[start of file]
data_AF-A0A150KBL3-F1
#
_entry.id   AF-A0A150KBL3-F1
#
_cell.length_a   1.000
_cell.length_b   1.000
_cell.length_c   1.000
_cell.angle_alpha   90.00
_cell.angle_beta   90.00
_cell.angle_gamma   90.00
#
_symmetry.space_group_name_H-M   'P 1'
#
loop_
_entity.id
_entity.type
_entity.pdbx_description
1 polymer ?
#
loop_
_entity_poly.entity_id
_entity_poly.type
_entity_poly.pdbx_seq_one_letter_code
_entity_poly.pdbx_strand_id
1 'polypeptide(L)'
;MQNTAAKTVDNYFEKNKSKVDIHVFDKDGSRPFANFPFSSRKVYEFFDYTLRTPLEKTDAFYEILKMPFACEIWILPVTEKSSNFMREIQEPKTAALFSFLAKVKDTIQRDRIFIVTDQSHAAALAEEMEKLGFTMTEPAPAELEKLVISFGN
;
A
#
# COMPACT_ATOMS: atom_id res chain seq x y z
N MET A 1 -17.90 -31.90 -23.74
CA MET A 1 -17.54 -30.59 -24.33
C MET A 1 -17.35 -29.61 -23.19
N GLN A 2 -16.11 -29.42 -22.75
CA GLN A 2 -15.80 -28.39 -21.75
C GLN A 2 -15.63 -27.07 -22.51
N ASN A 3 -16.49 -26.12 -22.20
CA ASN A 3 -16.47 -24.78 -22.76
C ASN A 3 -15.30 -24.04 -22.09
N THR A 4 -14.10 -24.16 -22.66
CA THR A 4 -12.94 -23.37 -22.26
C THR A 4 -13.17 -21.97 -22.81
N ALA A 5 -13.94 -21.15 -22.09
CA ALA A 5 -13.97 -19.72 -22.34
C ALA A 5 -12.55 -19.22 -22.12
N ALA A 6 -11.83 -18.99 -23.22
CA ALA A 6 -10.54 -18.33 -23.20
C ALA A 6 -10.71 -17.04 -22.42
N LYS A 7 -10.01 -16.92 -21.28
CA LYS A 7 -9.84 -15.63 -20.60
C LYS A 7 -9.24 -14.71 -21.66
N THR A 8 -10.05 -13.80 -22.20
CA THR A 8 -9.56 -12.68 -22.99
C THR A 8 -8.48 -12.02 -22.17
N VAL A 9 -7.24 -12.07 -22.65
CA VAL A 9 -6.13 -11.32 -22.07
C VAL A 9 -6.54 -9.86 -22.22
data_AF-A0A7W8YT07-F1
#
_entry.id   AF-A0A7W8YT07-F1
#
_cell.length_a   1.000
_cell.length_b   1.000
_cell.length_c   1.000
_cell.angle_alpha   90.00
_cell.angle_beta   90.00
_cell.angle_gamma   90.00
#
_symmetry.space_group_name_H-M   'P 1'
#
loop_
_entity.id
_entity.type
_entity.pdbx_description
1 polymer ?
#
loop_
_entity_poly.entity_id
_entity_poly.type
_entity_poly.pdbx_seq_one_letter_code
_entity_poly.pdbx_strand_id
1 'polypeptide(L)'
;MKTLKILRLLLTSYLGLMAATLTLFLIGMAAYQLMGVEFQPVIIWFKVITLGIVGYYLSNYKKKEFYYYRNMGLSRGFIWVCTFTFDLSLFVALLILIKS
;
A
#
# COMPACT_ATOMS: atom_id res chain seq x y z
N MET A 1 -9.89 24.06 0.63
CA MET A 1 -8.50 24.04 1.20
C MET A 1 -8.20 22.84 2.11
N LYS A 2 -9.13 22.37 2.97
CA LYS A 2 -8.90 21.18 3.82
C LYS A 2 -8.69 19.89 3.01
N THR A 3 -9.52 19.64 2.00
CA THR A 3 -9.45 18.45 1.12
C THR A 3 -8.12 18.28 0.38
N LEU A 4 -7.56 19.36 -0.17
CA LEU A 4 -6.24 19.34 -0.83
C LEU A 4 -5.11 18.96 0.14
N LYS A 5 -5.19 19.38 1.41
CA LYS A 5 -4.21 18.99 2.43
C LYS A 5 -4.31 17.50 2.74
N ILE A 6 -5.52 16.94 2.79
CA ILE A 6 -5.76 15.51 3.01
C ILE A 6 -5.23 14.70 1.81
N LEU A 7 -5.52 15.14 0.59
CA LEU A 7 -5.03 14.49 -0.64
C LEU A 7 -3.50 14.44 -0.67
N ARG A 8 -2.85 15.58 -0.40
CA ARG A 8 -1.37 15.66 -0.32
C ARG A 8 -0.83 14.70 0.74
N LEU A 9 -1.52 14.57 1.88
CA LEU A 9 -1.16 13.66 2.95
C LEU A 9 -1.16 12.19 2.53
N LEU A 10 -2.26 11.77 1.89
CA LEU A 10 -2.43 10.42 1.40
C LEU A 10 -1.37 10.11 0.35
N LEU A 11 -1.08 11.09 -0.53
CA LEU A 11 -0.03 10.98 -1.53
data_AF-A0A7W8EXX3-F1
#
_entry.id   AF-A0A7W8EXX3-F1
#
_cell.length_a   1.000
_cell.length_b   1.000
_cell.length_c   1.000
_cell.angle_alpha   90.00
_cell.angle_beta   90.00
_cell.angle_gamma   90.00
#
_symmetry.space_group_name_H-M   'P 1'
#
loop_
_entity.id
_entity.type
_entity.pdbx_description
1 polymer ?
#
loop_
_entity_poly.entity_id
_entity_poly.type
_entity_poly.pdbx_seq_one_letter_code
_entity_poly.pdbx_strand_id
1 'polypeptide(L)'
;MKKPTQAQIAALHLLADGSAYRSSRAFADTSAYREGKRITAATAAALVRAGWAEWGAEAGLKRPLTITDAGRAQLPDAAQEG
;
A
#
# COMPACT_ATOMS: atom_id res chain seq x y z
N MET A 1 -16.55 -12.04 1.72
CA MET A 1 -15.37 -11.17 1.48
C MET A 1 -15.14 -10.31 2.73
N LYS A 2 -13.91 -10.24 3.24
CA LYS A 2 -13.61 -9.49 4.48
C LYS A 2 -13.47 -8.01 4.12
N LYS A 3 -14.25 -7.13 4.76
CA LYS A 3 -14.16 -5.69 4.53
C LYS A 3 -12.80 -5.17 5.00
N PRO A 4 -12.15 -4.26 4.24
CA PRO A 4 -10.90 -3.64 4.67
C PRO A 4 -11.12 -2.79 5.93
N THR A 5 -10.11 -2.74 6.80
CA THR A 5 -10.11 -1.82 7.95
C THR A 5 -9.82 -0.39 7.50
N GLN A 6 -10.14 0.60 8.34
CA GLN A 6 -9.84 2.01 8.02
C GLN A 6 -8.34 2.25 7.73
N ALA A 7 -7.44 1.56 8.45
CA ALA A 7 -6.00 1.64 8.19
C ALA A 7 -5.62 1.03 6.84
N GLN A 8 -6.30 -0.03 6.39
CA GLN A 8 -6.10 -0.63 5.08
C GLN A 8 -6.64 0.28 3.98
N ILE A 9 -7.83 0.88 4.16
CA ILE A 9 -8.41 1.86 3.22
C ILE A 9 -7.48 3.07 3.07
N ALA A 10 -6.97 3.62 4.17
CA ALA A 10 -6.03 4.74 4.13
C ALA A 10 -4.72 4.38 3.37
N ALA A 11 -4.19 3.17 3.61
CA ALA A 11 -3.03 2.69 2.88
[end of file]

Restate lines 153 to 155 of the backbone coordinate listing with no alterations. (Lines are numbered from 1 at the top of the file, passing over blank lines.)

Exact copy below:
N LYS A 2 -13.91 -10.24 3.24
CA LYS A 2 -13.61 -9.49 4.48
C LYS A 2 -13.47 -8.01 4.12